First, we pursue a long-term, integrated approach to policy planning and implementation. This is best exemplified by the Singapore Water Story, which is a major milestone in Singapore’s sustainability journey.
In the 1960s, Singapore experienced frequent water shortages due to prolonged dry spells, and had to carry out water rationing. One of the longest water rationing periods lasted for over ten months. Today, we continue to be one of the world’s most water-stressed countries. Singapore topped the list of 167 nations likely to face extremely high water stress in 2040, according to a 2015 report by the World Resources Institute.
Singapore’s founding prime minister, the late Lee Kuan Yew, recognized that water security was key to the nation’s survival. Lee famously declared that “every other policy has to bend at the knees for our water survival.” In 1971, soon after independence, Lee set up the Water Planning Unit; and in 1972 this unit developed Singapore’s first Water Master Plan to enhance our water security.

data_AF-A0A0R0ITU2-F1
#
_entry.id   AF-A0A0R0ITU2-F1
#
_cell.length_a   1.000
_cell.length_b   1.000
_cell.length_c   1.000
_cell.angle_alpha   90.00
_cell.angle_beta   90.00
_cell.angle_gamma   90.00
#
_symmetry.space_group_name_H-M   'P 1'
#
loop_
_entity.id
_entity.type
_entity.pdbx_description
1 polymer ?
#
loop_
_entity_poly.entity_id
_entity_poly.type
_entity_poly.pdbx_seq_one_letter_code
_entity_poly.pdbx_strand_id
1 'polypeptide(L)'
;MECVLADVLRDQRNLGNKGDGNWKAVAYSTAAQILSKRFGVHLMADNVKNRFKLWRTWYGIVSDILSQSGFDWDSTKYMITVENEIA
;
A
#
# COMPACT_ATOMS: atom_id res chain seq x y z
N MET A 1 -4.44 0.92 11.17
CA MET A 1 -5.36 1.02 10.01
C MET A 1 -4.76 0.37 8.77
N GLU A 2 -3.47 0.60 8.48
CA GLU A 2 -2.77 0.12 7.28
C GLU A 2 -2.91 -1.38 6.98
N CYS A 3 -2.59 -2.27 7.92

Soon after, in 1977, Lee challenged Singapore’s national water agency, PUB, to find ways to enhance Singapore’s water security and “to capture every drop of rain” that fell on the island. In the decades that followed, the country’s water planners and engineers worked tirelessly to build a comprehensive sewage system, which served the entire country by preventing the contamination of waterways, cleaning up polluted waterways to harvest storm water for consumption, and progressively increasing the country’s catchment areas.
The mammoth task of transforming our polluted waterways into reliable sources of water for consumption is best represented by the clean-up operations of the Singapore River, which was literally an open sewer in the 1970s. This went beyond simply removing over 250 tons of waste that had accumulated in the river and along its banks. Thousands of street hawkers and squatters were relocated and rehoused in street trader centers and public housing. Pollutive industries, such as pig farms and shipyards, were also relocated. Through hard work and determination, and at a then cost of $170 million, the clean-up of Singapore River was completed in 1987, with the river’s water being clean enough for fish to thrive.